Our reactions and responses are still burdened by the animal past and even though our thoughts and intelligence strive for something better and higher the animal is still there, hidden in the very cells, in the very touch and twitch of the involuntary nerves. This often leads to a dissonance between our thoughts and actions, creating a big confusion for us and for others.

The second complexity arises due to the presence of a subjective space of which man has become aware. He has a world apart from the physical one that he inhabits. It is a world of thoughts and feelings and imaginations and wishes and hopes and fears and fantasies, a world of anxieties and dreams where gods and demons clash, claiming his mind-space. He is almost at perpetual war within. His true intent is hidden deep within and very often what he professes and claims as his driving motive is far from true. He does not quite understand his own present state, so to speak. This is the second source of confusion, leading to conflict of choices and decisions, that, unlike the animal driven by instincts, have to be made in man by conscious choices. To add to the distresses, these choices have to be made by him in a state wherein he does not know the effect and cannot be certain about the future in any way.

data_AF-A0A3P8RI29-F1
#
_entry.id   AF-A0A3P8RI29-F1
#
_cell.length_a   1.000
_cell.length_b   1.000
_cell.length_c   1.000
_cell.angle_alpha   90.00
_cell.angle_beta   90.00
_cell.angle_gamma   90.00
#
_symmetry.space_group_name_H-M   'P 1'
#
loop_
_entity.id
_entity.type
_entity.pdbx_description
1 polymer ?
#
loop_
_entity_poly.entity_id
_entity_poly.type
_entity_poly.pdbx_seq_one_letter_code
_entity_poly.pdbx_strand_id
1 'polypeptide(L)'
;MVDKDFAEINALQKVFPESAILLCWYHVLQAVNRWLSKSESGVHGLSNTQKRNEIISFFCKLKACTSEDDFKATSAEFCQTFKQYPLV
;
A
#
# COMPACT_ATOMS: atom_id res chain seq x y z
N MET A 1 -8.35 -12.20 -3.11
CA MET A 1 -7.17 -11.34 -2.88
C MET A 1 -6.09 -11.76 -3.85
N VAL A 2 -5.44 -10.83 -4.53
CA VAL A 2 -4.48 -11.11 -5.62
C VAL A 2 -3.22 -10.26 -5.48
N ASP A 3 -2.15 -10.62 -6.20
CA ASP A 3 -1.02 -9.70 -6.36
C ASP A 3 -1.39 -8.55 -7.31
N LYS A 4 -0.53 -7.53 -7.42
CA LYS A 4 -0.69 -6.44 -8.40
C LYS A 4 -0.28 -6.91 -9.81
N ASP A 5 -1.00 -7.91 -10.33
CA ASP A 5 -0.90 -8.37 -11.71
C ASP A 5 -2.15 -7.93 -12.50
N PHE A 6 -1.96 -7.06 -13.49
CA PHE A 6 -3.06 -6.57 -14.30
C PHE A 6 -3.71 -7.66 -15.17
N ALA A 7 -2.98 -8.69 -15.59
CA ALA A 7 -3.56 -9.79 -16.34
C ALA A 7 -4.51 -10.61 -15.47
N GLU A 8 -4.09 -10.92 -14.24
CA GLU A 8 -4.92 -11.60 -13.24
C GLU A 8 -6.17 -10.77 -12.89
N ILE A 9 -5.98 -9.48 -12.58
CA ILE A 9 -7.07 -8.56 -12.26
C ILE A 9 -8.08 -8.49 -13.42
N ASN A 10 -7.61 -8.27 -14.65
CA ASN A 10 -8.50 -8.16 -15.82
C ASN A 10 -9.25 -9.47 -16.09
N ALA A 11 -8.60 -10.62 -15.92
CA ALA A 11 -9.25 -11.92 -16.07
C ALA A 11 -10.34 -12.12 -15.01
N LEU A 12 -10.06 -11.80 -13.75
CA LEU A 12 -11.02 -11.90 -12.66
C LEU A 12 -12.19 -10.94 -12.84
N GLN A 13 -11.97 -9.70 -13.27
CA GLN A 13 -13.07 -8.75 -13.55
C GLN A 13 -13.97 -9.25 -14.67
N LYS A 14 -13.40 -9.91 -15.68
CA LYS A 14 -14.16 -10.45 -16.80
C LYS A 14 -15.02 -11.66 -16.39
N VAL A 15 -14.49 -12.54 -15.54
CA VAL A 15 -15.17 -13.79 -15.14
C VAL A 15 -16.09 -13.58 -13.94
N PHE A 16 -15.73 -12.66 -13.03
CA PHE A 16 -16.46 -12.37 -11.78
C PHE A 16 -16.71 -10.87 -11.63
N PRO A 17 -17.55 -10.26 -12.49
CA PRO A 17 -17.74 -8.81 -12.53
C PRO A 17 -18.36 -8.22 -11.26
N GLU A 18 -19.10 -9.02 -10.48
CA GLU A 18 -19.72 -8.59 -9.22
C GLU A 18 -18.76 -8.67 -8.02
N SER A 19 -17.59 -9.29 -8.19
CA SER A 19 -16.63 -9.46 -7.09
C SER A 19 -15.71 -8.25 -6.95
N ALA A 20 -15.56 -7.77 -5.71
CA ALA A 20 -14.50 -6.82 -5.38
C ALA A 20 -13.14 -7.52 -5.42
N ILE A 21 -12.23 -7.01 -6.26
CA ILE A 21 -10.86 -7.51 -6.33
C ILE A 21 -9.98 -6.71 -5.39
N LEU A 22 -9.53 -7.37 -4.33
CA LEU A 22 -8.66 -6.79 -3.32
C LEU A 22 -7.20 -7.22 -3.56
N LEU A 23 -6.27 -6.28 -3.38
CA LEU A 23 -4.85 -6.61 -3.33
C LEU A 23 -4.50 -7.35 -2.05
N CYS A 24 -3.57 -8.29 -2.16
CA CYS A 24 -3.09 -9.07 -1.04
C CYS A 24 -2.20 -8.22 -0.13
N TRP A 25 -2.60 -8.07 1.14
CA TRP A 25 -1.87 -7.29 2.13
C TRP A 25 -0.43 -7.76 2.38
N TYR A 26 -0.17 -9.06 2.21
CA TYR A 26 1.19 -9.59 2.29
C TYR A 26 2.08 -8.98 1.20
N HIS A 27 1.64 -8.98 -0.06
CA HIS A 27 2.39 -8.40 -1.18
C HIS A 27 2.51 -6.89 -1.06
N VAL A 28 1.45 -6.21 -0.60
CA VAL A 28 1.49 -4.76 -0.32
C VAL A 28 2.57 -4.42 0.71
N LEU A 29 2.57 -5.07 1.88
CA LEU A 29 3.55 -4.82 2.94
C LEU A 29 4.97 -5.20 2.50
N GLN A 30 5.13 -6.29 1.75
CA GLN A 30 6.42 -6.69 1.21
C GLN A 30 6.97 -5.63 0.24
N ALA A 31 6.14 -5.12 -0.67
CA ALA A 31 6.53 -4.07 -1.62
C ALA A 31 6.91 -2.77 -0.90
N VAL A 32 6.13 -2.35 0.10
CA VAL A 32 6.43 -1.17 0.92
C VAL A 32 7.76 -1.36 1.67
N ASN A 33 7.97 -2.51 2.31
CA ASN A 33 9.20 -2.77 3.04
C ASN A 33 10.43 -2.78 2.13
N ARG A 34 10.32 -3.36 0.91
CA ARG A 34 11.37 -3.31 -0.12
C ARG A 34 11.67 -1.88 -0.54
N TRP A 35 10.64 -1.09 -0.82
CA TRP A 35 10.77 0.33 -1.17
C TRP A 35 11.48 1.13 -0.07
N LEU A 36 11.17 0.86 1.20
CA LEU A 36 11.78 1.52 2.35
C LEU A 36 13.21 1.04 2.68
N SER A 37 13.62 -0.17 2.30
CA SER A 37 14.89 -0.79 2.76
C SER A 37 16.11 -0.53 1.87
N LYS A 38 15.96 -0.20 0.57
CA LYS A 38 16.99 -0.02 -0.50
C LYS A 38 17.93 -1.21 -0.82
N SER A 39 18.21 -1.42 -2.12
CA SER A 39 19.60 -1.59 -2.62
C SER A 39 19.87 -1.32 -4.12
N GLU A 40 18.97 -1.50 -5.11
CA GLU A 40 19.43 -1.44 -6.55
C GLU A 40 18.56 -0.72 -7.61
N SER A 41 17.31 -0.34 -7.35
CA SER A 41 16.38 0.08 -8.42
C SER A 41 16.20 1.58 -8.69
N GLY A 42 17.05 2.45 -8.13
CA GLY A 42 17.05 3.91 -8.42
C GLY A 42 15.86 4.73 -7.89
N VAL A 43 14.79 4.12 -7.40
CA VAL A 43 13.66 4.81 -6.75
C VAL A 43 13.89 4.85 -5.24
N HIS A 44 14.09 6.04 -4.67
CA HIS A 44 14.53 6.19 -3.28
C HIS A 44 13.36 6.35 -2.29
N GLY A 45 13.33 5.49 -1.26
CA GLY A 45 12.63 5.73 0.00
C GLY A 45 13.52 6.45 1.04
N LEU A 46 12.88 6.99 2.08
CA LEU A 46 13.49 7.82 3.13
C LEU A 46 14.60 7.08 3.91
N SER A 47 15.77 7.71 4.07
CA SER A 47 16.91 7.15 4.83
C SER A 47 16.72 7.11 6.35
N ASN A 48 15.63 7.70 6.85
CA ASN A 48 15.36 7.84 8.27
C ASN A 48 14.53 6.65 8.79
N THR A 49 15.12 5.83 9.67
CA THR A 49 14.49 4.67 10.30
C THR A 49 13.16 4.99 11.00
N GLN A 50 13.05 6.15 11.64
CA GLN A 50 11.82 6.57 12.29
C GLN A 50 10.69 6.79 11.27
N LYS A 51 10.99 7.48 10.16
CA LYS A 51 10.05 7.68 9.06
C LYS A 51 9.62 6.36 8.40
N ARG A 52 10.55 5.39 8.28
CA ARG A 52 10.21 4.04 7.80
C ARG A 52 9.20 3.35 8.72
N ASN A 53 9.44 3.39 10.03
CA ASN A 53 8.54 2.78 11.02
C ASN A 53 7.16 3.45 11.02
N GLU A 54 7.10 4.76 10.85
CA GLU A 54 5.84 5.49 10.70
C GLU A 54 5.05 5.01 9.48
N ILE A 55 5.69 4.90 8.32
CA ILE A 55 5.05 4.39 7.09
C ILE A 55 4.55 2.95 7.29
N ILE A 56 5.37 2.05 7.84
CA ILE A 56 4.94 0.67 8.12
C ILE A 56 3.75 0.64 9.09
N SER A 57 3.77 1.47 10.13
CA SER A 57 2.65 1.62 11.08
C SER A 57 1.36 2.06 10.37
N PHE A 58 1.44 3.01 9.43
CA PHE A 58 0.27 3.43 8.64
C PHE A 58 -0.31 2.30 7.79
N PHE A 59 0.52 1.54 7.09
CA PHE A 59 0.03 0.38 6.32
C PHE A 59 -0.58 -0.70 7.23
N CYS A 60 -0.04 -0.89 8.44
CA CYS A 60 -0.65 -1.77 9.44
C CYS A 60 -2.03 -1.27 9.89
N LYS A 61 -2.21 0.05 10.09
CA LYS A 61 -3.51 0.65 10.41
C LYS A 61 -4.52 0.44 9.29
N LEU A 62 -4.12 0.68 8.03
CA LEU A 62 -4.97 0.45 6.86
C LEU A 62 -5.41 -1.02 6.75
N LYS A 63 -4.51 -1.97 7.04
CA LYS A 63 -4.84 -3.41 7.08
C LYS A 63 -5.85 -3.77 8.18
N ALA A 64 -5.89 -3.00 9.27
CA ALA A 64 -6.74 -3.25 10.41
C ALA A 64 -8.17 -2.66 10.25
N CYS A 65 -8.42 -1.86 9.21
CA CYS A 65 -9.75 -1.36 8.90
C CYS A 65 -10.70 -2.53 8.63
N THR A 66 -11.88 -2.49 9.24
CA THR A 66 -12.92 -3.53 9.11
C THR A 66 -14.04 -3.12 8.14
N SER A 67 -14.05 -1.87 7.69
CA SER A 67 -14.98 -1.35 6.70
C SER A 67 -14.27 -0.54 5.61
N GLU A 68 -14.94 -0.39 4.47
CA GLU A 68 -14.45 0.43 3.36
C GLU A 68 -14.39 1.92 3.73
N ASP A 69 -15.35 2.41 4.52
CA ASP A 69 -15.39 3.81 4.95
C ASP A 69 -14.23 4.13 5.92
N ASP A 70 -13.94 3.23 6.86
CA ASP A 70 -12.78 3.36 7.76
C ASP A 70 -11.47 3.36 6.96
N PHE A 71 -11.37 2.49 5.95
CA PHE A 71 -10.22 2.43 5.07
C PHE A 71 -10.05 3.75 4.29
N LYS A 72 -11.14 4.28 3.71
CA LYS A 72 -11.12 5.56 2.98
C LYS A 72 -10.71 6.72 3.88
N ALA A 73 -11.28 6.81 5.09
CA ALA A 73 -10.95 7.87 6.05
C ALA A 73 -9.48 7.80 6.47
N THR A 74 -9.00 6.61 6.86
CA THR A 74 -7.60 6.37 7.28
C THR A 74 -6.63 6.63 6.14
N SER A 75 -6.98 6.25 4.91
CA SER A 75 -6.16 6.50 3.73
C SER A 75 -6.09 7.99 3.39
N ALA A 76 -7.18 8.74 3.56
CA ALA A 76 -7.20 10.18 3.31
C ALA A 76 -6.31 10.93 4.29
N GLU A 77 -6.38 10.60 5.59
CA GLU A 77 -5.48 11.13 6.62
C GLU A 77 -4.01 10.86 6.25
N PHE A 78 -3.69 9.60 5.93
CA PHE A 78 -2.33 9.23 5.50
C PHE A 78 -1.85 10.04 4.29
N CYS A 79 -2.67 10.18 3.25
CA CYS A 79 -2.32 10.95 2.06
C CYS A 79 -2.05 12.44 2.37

Finally, unlike the beast, man is burdened with the future. There is something in him that keeps pushing him towards a yet undisclosed future as if all his present (and his past) were forever straining towards the future, of which he hardly knows and can ever know with certitude. Pushed by the past, trapped uncomfortably in the present, pulled and straining towards the future, man is yet to discover himself and the true law of his being. Sri Aurobindo reveals this strange predicament of man poignantly, thus:

“Assailed on earth and unassured of heaven,
Descended here unhappy and sublime,
A link between the demigod and the beast,
He knows not his own greatness nor his aim;
He has forgotten why he has come and whence.
His spirit and his members are at war;
His heights break off too low to reach the skies,
His mass is buried in the animal mire.
A strange antinomy is his nature’s rule.
A riddle of opposites is made his field:
Freedom he asks but needs to live in bonds,
He has need of darkness to perceive some light
And need of grief to feel a little bliss;
He has need of death to find a greater life.
All sides he sees and turns to every call;
He has no certain light by which to walk;
His life is a blind-man’s-buff, a hide-and-seek;
He seeks himself and from himself he runs;